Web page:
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Update: On Aug. 10, the village governments of Naboay and Malay publicly released resolutions opposing the hydroelectric project, citing concerns about the project’s potential impacts on the Northwest Panay Peninsula Natural Park, municipal and agricultural water supplies, and the area’s indigenous Ati communities.
Activists and local government officials in the central Philippines have lashed out at a recently announced plan to build a hydroelectric plant overlapping with a national park that’s home to rare and threatened species.
Strategic Power Development Corporation (SPDC), a subsidiary of Philippine mega conglomerate San Miguel Corporation, announced on July 13 its intention to build the $500 million, 300-megawatt pump-storage hydro facility in Malay municipality on the island of Panay. The project would include the construction of two dams and reservoirs, 9.6 kilometers (6 miles) of new roads, and the upgrade of 1.8 km (1.1 mi) of existing roads.
According to SPDC, the planned project near the confluence of the Nabaoy and Imbaroto rivers would consist of a 70-meter (230-foot) lower dam on the Naboay, with a 10.2-million-cubic-meter (2.7-billion-gallon) reservoir; and a 74 m (243 ft) upper dam with a 4.55-million-m3 (1.2-billion-gallon) reservoir extending to the Imbaroto. The company says the plant will provide energy to the regional grid to meet current and future peak demand, will support the local economy, and is part of President Rodrigo Duterte’s 2017-2040 Philippine Energy Plan.
Overall, the company says the complex would cover 122.7 hectares (303.2 acres), including 97.9 hectares (241.9 acres) of forest, of which 24.9 hectares (61.5 acres) are nominally protected land within Northwest Panay Peninsula Natural Park.
Significant biodiversity hotspot
Northwest Panay Peninsula Natural Park, which spans 12,009 hectares (29,676 acres) in the provinces of Aklan and Antique, was established in 2002 via a presidential proclamation. Home to critically endangered Visayan warty pigs (Sus cebifrons) and writhed-billed hornbills (Rhabdotorrhinus waldeni), as well as endangered Visayan hornbills (Penelopides panini), it has been locally recognized as a significant biodiversity hotspot since the 1990s.
The park holds some of the last remaining stands of primary lowland rainforest in the central Philippines, and serves as a key watershed providing potable water to Panay and neighboring islands.
Activists say the hydropower project puts water supplies for local communities at risk.
“The Nabaoy River is the lone source of potable water to nearby Boracay Island and to the residents of Malay,” said Ritchel Cahilig of the Aklan Trekkers Group. Boracay Island, separated from the park by a narrow strait, is a prime beach destination, recording 2 million tourist arrivals in 2019.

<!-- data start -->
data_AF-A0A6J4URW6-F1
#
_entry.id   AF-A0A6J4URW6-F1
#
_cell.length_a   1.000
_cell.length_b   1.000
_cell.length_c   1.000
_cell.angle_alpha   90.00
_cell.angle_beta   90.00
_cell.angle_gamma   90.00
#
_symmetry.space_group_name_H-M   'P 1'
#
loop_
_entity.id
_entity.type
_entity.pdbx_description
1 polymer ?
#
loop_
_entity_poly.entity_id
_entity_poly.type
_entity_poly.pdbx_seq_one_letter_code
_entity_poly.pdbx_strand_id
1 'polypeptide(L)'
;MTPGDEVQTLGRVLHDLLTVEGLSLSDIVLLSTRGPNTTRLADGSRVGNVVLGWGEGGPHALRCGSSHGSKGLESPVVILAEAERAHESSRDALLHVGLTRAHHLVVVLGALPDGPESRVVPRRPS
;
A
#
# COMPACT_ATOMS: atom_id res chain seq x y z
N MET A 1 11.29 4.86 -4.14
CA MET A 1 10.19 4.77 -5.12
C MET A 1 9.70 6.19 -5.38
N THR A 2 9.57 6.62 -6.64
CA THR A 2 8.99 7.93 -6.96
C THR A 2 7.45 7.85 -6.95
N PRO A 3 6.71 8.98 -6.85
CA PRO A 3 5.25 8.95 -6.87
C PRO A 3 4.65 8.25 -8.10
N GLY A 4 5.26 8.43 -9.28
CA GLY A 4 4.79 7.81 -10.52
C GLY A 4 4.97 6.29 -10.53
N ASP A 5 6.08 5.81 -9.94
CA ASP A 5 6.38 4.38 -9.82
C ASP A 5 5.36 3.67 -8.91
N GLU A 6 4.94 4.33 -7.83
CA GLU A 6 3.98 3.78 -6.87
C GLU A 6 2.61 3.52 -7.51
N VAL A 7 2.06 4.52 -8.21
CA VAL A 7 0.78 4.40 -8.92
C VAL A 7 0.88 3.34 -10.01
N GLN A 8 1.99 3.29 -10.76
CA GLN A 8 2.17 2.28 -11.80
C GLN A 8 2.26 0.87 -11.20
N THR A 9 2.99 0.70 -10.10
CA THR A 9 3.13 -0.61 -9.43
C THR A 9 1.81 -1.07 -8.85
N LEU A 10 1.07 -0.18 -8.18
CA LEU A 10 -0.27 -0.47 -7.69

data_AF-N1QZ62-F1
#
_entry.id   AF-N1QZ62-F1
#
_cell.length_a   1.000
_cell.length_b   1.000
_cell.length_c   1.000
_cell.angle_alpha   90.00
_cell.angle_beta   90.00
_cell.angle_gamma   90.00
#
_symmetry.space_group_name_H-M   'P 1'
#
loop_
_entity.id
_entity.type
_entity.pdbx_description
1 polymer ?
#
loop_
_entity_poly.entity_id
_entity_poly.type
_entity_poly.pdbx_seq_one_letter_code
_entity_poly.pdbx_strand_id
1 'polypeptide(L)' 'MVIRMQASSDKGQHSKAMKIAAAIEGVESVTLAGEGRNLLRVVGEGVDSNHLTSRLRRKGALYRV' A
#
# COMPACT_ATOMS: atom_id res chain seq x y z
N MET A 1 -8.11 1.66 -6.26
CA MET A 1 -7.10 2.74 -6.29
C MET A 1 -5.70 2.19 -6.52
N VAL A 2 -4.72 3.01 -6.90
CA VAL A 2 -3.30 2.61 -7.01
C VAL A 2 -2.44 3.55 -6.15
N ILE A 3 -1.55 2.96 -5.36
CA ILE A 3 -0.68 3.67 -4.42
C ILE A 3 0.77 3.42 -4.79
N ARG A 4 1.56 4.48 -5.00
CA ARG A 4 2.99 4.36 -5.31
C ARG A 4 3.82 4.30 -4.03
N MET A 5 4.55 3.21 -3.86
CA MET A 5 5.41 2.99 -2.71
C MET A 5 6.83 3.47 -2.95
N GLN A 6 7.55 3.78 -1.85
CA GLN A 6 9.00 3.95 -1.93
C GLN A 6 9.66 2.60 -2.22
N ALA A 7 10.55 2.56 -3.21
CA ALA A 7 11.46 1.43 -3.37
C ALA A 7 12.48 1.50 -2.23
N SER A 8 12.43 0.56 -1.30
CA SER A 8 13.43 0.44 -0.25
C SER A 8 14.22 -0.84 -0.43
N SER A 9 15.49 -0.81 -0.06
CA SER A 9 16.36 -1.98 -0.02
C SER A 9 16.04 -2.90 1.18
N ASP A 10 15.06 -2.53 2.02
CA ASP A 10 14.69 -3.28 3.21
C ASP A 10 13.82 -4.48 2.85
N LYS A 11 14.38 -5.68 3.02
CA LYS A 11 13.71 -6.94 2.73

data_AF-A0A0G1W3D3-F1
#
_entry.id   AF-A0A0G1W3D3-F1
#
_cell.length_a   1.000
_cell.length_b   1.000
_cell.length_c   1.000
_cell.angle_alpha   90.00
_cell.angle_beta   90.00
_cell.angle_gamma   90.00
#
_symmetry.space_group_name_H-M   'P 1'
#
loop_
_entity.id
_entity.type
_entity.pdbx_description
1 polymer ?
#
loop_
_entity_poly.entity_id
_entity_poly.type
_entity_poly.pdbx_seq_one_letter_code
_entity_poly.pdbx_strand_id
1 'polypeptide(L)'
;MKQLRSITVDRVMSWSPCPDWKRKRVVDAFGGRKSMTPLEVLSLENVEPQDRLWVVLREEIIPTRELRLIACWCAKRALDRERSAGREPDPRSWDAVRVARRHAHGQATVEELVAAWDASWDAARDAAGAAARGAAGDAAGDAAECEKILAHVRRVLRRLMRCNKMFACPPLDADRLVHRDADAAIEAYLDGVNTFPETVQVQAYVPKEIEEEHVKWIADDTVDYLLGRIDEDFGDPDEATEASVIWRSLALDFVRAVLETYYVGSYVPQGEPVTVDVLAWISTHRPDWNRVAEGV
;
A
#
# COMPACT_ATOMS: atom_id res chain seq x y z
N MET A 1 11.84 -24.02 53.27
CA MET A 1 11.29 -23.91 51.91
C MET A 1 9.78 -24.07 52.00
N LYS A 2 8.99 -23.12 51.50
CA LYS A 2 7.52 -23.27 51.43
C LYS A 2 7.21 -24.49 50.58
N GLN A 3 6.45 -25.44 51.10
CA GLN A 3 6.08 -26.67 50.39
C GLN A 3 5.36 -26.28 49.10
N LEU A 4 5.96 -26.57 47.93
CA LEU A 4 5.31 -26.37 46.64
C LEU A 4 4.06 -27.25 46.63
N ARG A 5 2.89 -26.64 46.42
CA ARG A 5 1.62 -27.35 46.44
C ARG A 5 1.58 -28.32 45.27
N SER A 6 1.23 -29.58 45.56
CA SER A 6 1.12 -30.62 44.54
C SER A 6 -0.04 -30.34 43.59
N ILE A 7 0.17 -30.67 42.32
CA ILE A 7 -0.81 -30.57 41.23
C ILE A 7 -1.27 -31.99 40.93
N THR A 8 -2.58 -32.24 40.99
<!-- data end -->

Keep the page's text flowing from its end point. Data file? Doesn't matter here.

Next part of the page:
“I wonder how will they supply water to the residents especially during construction phase. During construction phase, for sure, large vehicles will be damaging the forest and the company seems do not have a clear alternative on how to restore what has been damaged,” Cahilig said.
The natural park is also home to a community of Indigenous Malay Ati people, who fish in the Nabaoy River and rely on the forests for sustenance.
Activists have also questioned the need for additional electrical capacity in the area. Citing reports from the National Grid Corporation of the Philippines, Melvin Purzuelo of the Green Forum-Western Visayas noted that from July 20-26, Panay Island’s average daily electricity consumption ranged from 345-364 MW, against existing capacity of 480 MW.
“It is clear now that a huge power supply is not needed at this time especially that the world is going through the COVID-19 pandemic,” Purzuelo said during a recent webinar.
The Naboay River, site of a proposed dam, is the primary source of potable water for the resort island of Boracay as well as the residents of Malay, Aklan. Image courtesy of Richard Cahilig/Aklan Trekkers.
Loss of local government support
SPDC’s proposal still requires approval from local governments and the Philippine Department of Environment and Natural Resources (DENR).
“The Malay [municipal government] have set a coordination meeting with the SPDC supposedly last August 2 to clarify issues involving the project but [the meeting] has been cancelled because of the COVID-19 pandemic,” Purzuelo said.
Local officials have distanced themselves from endorsing the proposal. In a phone interview, acting Malay Mayor Floribar Bautista said the SPDC had not approached him to discuss the details of the project since he assumed his post in July 2018.
“What I know is the project was endorsed by the previous administration. When I checked the documents, it’s lacking. It seems the project may have [been] railroaded. I could not endorse the project at this time since I do not know how the project would affect our town. All they have to do is to convince me if the hydro dam project is worth it,” he said.
The village of Nabaoy is also reportedly set to cancel its previous endorsement of the project, activists say. No official cancellation had been issued as of the time this article was published; but just as in the case of the Malay municipal government, the previous leadership of Nabaoy village had endorsed the project in the early months of 2018.
Without approval from the current local governments, the project can only push through with special permission from the DENR.
Rebecca Tandug, of the Philippine Initiative for Environmental Conservation (Philincon), said her organization will maintain its opposition to the project and attempt to engage with SPDC. Eventually, she said, she hopes the company will decide to cancel the proposed plant.
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Featured image: Visayan warty pigs (Sus cebifrons) at a wallow in the Philippines. Image by Shukran888 via Wikimedia Commons(CC BY-SA 4.0).